ASHLEY LOPEZ, BYLINE: Harold Curtis runs an 1,100-acre grove in southwest Florida. He walks through the rows of trees, packed full of plump, juicy oranges.

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NPR Story
4:56 pm
Tue November 5, 2013

Toronto Mayor Says He Doesn't Smoke Crack, But Admits He Has

Originally published on Tue November 5, 2013 6:19 pm

At a news conference Tuesday, Toronto Mayor Rob Ford admitted he has smoked crack cocaine. Melissa Block talks to Jamie Strashin of the CBC for the latest.

NPR Story
4:56 pm
Tue November 5, 2013

Love Triangle Case Puts Chemical Weapons Treaty To The Test

Originally published on Tue November 5, 2013 6:43 pm

At the U.S. Supreme Court on Tuesday, the subject for debate was the reach of the Constitution's treaty power. But the justices' questions covered subjects from sarin gas to Halloween trick-or-treating. And the facts of the case sounded more like a soap opera.

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NPR Story
4:56 pm
Tue November 5, 2013

Aid Groups Call For More Access Inside Syria As Winter Looms

Originally published on Tue November 5, 2013 6:19 pm

Transcript

MELISSA BLOCK, HOST:

More now on the humanitarian crisis in Syria. The top humanitarian official at the U.N. says the situation continues to deteriorate rapidly and inexorably, with, as we just heard, more than nine million Syrians now in need of aid. But aid groups want the U.N. to do more than just name the problem. They want the Security Council to push all parties to allow humanitarian groups unhindered access to the country.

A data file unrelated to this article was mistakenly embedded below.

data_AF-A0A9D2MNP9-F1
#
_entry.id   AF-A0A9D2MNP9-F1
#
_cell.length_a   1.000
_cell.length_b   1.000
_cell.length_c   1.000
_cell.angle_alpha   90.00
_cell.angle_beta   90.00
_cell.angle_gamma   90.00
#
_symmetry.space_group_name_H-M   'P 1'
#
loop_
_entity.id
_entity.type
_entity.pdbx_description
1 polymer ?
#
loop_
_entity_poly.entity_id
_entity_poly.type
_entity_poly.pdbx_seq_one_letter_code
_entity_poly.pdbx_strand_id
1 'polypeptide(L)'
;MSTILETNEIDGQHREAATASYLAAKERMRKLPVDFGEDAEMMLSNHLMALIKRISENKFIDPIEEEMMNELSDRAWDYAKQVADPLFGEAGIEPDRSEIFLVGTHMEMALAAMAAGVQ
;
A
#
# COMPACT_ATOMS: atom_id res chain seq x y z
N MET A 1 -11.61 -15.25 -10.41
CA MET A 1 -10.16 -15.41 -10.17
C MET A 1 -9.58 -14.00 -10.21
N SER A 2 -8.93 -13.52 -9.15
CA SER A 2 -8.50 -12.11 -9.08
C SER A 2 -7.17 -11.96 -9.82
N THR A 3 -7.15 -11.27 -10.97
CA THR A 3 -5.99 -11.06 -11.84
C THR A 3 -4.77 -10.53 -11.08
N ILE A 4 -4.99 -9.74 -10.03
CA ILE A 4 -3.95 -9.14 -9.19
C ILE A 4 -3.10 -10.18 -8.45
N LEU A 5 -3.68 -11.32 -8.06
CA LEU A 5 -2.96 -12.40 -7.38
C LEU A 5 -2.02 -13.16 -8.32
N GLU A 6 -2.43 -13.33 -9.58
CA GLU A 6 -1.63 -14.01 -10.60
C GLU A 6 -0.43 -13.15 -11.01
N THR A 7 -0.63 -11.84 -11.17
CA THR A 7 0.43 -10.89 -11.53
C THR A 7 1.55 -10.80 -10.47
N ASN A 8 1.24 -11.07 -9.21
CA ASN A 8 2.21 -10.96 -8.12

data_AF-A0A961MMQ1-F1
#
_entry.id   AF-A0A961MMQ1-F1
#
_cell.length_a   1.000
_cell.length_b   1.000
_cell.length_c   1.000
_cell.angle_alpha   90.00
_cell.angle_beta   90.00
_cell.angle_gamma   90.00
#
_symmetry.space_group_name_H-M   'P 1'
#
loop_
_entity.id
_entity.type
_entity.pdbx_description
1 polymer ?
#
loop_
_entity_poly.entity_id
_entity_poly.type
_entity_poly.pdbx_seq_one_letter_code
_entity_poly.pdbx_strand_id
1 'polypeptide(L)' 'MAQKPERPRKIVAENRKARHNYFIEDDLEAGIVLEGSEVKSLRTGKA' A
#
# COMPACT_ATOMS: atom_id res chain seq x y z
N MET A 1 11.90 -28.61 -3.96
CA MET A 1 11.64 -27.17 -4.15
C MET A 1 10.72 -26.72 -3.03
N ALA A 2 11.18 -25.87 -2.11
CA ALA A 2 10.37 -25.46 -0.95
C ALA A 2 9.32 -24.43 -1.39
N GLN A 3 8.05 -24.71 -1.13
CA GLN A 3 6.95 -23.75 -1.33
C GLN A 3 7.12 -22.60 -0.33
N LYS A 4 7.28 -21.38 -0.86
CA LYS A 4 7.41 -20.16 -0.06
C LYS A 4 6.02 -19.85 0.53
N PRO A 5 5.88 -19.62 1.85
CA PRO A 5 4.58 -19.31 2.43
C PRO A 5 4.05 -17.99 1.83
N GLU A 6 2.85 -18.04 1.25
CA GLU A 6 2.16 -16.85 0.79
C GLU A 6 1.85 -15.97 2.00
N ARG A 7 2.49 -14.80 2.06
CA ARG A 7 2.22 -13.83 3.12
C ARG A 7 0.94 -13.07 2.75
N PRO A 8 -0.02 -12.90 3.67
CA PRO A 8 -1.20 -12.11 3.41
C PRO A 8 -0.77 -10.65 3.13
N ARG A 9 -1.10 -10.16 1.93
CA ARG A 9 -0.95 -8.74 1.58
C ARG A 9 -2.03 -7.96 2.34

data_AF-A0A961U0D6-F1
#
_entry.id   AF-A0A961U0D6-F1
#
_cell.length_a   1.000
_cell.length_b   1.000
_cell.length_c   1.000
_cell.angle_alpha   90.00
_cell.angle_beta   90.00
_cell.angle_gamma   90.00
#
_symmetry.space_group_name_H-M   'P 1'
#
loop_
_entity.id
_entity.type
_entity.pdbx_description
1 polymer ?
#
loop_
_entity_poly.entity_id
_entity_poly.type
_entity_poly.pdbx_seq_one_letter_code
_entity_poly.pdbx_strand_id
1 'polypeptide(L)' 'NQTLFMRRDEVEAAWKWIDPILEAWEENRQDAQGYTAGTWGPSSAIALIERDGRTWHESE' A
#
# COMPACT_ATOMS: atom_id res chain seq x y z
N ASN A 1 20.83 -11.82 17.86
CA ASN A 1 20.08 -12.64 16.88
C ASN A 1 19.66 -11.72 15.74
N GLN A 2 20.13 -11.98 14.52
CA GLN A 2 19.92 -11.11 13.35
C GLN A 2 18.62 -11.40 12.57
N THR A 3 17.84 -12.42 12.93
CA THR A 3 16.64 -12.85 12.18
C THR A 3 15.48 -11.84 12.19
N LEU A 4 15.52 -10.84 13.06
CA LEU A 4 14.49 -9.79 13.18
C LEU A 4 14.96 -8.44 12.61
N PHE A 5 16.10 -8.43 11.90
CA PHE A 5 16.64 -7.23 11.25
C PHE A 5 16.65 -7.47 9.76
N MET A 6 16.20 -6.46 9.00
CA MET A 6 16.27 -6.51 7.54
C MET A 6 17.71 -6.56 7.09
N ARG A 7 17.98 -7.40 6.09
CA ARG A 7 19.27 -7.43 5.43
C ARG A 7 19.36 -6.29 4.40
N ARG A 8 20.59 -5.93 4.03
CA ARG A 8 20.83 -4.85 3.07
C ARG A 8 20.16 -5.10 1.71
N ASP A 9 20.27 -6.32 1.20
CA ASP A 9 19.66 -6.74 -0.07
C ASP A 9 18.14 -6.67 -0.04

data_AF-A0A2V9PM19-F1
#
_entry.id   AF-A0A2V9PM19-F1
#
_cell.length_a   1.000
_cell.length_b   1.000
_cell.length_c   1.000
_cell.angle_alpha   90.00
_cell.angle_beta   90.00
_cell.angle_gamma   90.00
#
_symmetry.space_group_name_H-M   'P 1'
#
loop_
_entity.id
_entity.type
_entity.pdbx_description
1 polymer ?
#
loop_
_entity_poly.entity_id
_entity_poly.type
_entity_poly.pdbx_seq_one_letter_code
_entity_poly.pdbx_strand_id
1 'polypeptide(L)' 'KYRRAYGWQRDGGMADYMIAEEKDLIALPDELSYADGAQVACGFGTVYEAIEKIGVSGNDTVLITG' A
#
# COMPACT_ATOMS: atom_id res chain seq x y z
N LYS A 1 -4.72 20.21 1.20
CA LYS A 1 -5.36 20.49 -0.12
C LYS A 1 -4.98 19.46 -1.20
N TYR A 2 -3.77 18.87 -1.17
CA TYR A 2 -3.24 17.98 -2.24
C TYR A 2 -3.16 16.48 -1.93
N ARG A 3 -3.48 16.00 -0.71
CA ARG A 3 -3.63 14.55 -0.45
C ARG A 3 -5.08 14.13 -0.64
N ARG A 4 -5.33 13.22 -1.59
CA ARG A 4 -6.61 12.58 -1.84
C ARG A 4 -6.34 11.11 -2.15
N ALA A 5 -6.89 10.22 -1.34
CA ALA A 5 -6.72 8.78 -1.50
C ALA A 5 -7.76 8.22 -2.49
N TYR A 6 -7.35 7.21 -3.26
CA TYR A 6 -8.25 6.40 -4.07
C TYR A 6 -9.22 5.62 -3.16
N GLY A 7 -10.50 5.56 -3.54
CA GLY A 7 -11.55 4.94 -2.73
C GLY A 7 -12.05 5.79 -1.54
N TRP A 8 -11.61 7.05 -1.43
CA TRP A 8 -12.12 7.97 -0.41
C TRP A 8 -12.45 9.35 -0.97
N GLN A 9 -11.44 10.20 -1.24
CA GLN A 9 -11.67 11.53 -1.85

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Technology
4:56 pm
Tue November 5, 2013

The Most Secure Password In The World Might Be You

The iPhone 5s includes a fingerprint scanner that can be used in lieu of a PIN or password. Some tech giants say finger or voice recognition is the wave of the future.
Graham Melling iStockphoto.com

Originally published on Tue November 5, 2013 9:22 pm

You're probably well-acquainted with one of life's little annoyances: the password.

Your voicemail. Your email. Your smartphone. Maybe you've got a different one for each — which means you're bound to slip up.

Or maybe you use the same one for everything — a security no-no. The number of sites and services that demand a password or PIN seems to have grown exponentially. And keeping track of the ones you've got? Forget about it.

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Code Switch
4:37 pm
Tue November 5, 2013

As City Grapples With Murder Rate, Police Chief Reaches Out

Just months after Wade Ingram became police chief in Gary, Ind., in January 2012, he began an unusual initiative: visiting the family of each of the city's homicide victims.

That's meant many visits for Ingram.

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The Two-Way
4:02 pm
Tue November 5, 2013

Saudi Authorities Round Up Thousands Of Illegal Immigrants

Originally published on Tue November 5, 2013 6:57 pm

After a seven-month grace period expired on Monday, Saudi authorities began rounding up thousands of illegal immigrants in cities across the kingdom.